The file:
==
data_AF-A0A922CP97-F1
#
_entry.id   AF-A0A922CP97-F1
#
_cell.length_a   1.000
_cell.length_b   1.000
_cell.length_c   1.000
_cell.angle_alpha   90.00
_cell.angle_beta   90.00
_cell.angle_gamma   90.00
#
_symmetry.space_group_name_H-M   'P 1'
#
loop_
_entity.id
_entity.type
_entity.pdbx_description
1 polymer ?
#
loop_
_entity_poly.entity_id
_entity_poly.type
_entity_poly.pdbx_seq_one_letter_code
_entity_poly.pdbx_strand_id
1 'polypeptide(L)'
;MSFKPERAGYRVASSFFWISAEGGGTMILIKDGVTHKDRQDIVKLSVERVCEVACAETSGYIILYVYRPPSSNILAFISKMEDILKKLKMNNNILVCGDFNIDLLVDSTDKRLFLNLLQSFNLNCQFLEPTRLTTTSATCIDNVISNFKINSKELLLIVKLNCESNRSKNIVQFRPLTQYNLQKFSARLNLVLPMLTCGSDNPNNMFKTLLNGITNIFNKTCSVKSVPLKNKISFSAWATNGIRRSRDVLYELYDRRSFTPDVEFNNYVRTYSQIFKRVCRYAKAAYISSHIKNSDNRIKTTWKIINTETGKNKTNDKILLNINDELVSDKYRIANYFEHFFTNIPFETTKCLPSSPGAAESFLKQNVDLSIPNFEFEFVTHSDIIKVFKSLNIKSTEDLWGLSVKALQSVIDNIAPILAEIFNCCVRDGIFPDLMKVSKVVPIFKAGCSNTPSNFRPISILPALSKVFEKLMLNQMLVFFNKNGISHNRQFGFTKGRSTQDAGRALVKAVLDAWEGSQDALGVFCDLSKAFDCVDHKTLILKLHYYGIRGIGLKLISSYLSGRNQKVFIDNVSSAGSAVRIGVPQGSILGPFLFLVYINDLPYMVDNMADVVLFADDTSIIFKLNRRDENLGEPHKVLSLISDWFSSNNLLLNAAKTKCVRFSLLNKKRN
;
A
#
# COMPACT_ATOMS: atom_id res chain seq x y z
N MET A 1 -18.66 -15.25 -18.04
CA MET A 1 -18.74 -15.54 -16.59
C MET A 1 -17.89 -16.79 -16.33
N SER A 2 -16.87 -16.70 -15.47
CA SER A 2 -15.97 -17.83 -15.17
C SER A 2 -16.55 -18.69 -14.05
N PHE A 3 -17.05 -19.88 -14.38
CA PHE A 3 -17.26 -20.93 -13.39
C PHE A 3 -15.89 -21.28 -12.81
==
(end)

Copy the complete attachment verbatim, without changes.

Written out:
data_AF-A0A922CP97-F1
#
_entry.id   AF-A0A922CP97-F1
#
_cell.length_a   1.000
_cell.length_b   1.000
_cell.length_c   1.000
_cell.angle_alpha   90.00
_cell.angle_beta   90.00
_cell.angle_gamma   90.00
#
_symmetry.space_group_name_H-M   'P 1'
#
loop_
_entity.id
_entity.type
_entity.pdbx_description
1 polymer ?
#
loop_
_entity_poly.entity_id
_entity_poly.type
_entity_poly.pdbx_seq_one_letter_code
_entity_poly.pdbx_strand_id
1 'polypeptide(L)'
;MSFKPERAGYRVASSFFWISAEGGGTMILIKDGVTHKDRQDIVKLSVERVCEVACAETSGYIILYVYRPPSSNILAFISKMEDILKKLKMNNNILVCGDFNIDLLVDSTDKRLFLNLLQSFNLNCQFLEPTRLTTTSATCIDNVISNFKINSKELLLIVKLNCESNRSKNIVQFRPLTQYNLQKFSARLNLVLPMLTCGSDNPNNMFKTLLNGITNIFNKTCSVKSVPLKNKISFSAWATNGIRRSRDVLYELYDRRSFTPDVEFNNYVRTYSQIFKRVCRYAKAAYISSHIKNSDNRIKTTWKIINTETGKNKTNDKILLNINDELVSDKYRIANYFEHFFTNIPFETTKCLPSSPGAAESFLKQNVDLSIPNFEFEFVTHSDIIKVFKSLNIKSTEDLWGLSVKALQSVIDNIAPILAEIFNCCVRDGIFPDLMKVSKVVPIFKAGCSNTPSNFRPISILPALSKVFEKLMLNQMLVFFNKNGISHNRQFGFTKGRSTQDAGRALVKAVLDAWEGSQDALGVFCDLSKAFDCVDHKTLILKLHYYGIRGIGLKLISSYLSGRNQKVFIDNVSSAGSAVRIGVPQGSILGPFLFLVYINDLPYMVDNMADVVLFADDTSIIFKLNRRDENLGEPHKVLSLISDWFSSNNLLLNAAKTKCVRFSLLNKKRN
;
A
#
# COMPACT_ATOMS: atom_id res chain seq x y z
N MET A 1 -18.66 -15.25 -18.04
CA MET A 1 -18.74 -15.54 -16.59
C MET A 1 -17.89 -16.79 -16.33
N SER A 2 -16.87 -16.70 -15.47
CA SER A 2 -15.97 -17.83 -15.17
C SER A 2 -16.55 -18.69 -14.05
N PHE A 3 -17.05 -19.88 -14.38
CA PHE A 3 -17.26 -20.93 -13.39
C PHE A 3 -15.89 -21.28 -12.81